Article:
– the aims of the documentation/description of Asian languages (the institution of a language, the establishment and regulation of a literary language, the development of an internal or external linguistic development policy, the teaching of a language, censuses, mapmaking, preservation of endangered languages, cultural interest, etc.);
– the tools and modalities of the transmission of knowledge related to Asian languages (didactic usages and concrete practices of teaching: interlinear translation, repetition, etc.).
This conference proposes therefore to draw up a sharp analysis of the linguistic knowledge related to Asian languages, produced in and out of Europe, as well as contexts in which this knowledge has been produced and circulated. The aim is to clarify the ways in which knowledge is determined, more or less directly, by the complex identities of the protagonists and the institutions which play a role in its elaboration. Hence, it is also an occasion to focus on the very notion of “Asian language”, in Asia/the Orient (does the notion exist there?) as well as in Europe, through the pervasive category of “Eastern languages” (and its numerous variants).
Submitted proposals (please provide a detailed summary – between 2.000 and 2.500 signs, spaces included – as well as a detailed bibliography) must clearly fall within a historical and/or an epistemological perspective. They can deal with one or several Asian language(s), considered at any period of time.
Request for information: firstname.lastname@example.org
Papers may be delivered in English, French, German, Italian or Spanish.
Auroux, Sylvain, 1989. « Introduction », dans Auroux, Sylvain (éd.), Histoire des idées linguistiques, Tome 1 : La naissance des métalangages en Orient et en Occident, Liège, Mardaga, p. 13-37.
Auroux, Sylvain, 1994. La révolution technologique de la grammatisation – Introduction à l’histoire des sciences du langage, Liège, Mardaga.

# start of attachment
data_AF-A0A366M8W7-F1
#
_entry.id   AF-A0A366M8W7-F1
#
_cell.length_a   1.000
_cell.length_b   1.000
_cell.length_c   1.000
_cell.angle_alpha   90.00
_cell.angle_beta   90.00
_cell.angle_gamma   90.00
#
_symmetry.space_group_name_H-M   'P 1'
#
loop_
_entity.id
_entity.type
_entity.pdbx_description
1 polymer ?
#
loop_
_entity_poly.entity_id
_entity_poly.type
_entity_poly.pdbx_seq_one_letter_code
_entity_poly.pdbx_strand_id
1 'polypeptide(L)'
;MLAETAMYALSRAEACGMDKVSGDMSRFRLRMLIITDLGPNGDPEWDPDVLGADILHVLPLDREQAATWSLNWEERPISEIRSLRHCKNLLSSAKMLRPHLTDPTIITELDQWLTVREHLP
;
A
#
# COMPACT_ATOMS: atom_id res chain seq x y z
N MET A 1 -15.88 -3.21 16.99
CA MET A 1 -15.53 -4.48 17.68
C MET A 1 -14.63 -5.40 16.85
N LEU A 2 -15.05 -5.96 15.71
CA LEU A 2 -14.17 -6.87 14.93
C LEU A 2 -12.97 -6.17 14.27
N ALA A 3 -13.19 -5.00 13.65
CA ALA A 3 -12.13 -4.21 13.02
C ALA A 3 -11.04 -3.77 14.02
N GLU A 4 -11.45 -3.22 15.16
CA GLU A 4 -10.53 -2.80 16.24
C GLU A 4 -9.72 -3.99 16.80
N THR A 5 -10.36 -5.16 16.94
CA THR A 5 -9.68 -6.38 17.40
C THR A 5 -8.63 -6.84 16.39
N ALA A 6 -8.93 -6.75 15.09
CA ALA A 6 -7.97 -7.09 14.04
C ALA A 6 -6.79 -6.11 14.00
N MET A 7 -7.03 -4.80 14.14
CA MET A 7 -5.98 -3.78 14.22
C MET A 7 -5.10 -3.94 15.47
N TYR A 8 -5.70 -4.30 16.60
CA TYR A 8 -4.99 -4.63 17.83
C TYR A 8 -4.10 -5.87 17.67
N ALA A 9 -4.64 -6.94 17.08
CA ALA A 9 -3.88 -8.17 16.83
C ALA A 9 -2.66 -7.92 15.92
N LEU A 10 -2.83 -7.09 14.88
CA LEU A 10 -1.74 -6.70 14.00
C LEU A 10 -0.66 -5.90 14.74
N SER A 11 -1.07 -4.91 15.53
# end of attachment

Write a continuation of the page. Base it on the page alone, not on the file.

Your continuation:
Aussant, Émilie (dir.), 2017. « La Grammaire Sanskrite Étendue » (numéro thématique/thematic issue), Histoire Épistémologie Langage 39.2.
Dew, Nicholas, 2009. Orientalism in Louis XIV’s France, Oxford, Oxford University Press.
Engberts, Christiaan, Paul, Hermann, 2019. Scholarly personae in the history of orientalism 1873-1930, Leiden, Brill.
Espagne, Michel, Lafi, Nora et Rabault-Feuerhahn, Pascale (dir.), 2014. Silvestre de Sacy : le projet européen d’une science orientaliste, Paris, les Éditions du Cerf.
Guillaume, Jean-Patrick (dir.), 2020. « La Grammaire Arabe Étendue » (numéro thématique/thematic issue), Histoire Épistémologie Langage 42.1.
Kornicki, Peter Francis, 2018. Languages, scripts, and Chinese texts in East Asia, Oxford, Oxford University Press.
Larzul, Sylvette & Messaoudi, Alain, 2013. Manuels d’arabe d’hier et d’aujourd’hui, Paris, Éditions de la BNF.
Messaoudi, Alain, 2015. Les Arabisants et la France coloniale : savants, conseillers, médiateurs, 1780-1930, Lyon, ENS Éditions.
Messling, Markus, 2012. Champollions Hieroglyphen. Philologie und Weltaneignung, Berlin, Kulturverlag Kadmos.
Pollock, Sheldon, Elman, Benjamin A. & Chang, Kevin Ku-Ming, 2015. World Philology, Cambridge, London, Harvard University Press.
Rabault-Feuerhahn, Pascale, 2008. L’archive des origines. Sanskrit, philologie, anthropologie dans l’Allemagne du XIXe siècle, Paris, Les Éditions du Cerf.
Raj, Kapil, 2007. Relocating Modern Science: Circulation and the Constitution of Knowledge in South Asia and Europe, 1650-1900, Basingstoke, Palgrave MacMillan.
Xavier, Angela Barreto & Zupanov, Ines G., 2015. Catholic Orientalism: Portuguese Empire, Indian Knowledge (16th-18th centuries), New Delhi, Oxford University Press.
Zwartjes, Otto & Hovdhaugen, Even (dir.), 2004. Missionary linguistics: selected papers from the First international conference on missionary linguistics, Oslo, 13-16 March 2003, Amsterdam – Philadelphie, J. Benjamins.